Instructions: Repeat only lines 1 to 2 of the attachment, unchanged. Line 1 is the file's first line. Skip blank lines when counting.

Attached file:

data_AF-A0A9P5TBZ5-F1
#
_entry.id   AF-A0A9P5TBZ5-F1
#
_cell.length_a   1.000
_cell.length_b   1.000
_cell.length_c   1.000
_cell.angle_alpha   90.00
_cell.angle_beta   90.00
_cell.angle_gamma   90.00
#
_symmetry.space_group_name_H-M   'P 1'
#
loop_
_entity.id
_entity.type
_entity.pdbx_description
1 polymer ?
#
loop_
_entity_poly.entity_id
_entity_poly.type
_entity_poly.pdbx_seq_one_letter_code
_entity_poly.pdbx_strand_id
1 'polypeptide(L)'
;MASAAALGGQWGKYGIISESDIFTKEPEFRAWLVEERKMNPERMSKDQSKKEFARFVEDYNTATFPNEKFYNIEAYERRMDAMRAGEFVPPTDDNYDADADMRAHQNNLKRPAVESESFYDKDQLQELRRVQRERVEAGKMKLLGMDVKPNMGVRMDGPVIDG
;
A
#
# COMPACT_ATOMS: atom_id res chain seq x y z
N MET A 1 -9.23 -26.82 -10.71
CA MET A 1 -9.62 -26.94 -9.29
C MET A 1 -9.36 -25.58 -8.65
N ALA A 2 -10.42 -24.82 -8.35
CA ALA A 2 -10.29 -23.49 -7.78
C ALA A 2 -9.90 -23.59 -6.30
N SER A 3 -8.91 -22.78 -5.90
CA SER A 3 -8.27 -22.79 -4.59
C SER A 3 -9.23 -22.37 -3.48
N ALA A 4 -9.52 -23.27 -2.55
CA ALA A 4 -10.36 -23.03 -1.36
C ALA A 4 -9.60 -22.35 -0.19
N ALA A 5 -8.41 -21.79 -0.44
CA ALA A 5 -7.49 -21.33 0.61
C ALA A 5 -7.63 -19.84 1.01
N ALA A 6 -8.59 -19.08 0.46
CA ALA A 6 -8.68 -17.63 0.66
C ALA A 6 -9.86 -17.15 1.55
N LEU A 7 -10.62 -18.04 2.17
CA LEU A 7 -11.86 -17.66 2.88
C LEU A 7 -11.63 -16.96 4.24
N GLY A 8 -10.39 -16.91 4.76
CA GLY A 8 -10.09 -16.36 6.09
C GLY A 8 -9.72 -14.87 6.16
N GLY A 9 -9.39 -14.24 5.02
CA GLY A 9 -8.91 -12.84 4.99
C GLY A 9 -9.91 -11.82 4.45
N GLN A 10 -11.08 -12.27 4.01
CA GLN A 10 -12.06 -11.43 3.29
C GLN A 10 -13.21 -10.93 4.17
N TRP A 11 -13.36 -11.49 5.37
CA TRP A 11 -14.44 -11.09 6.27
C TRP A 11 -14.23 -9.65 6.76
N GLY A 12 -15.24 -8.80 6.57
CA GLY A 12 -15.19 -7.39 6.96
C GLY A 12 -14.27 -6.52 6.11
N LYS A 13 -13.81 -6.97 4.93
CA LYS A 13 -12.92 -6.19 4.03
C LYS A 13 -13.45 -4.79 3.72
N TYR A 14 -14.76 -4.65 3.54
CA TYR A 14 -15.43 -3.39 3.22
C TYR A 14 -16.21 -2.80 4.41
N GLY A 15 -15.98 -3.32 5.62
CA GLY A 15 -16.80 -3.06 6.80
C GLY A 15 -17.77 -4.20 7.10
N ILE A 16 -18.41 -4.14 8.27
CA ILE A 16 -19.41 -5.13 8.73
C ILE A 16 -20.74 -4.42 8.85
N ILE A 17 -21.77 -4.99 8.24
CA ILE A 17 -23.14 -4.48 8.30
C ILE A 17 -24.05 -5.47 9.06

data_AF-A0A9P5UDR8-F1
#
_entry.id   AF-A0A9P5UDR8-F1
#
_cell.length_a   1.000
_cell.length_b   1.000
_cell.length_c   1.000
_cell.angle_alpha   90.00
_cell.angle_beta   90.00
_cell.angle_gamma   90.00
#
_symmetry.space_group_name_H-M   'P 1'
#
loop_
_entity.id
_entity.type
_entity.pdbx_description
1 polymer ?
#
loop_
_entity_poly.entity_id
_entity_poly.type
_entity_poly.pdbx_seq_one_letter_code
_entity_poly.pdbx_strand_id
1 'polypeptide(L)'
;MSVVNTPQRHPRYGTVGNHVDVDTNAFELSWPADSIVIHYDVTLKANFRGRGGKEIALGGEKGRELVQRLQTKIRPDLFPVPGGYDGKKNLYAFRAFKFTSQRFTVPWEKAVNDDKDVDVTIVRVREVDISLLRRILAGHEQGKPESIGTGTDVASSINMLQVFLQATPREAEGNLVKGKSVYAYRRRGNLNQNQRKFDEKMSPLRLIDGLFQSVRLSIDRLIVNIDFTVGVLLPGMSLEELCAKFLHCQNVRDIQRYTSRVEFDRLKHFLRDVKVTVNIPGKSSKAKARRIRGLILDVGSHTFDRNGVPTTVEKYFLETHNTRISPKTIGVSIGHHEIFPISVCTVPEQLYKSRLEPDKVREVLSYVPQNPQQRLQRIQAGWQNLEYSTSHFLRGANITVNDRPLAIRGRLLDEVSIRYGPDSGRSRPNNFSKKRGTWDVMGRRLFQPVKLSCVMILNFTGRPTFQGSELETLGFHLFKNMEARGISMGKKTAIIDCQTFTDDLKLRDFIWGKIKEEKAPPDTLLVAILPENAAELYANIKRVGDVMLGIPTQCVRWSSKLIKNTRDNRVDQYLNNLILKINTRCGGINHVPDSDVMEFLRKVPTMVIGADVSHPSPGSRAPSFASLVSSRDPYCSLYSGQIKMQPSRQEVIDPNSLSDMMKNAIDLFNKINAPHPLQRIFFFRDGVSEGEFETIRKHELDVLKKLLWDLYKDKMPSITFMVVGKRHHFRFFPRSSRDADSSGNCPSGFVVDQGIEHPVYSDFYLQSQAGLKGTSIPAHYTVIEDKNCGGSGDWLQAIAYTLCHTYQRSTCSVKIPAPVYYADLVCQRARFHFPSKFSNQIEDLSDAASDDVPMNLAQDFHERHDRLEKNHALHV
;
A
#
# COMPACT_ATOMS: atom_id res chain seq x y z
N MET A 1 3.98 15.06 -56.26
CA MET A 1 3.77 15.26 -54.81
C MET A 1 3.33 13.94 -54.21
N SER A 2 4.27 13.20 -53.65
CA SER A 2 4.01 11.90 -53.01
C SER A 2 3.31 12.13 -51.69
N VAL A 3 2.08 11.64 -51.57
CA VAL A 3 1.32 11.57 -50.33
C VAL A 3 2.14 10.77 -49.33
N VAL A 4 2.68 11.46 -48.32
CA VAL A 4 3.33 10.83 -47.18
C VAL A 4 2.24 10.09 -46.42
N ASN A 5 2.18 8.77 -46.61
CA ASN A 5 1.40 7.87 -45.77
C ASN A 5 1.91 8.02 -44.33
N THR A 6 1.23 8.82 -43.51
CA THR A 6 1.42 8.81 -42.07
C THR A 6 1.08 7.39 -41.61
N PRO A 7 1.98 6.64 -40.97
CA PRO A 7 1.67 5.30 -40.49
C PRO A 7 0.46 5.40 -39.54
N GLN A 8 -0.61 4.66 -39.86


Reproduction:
data_AF-A0A9P5TBZ5-F1
#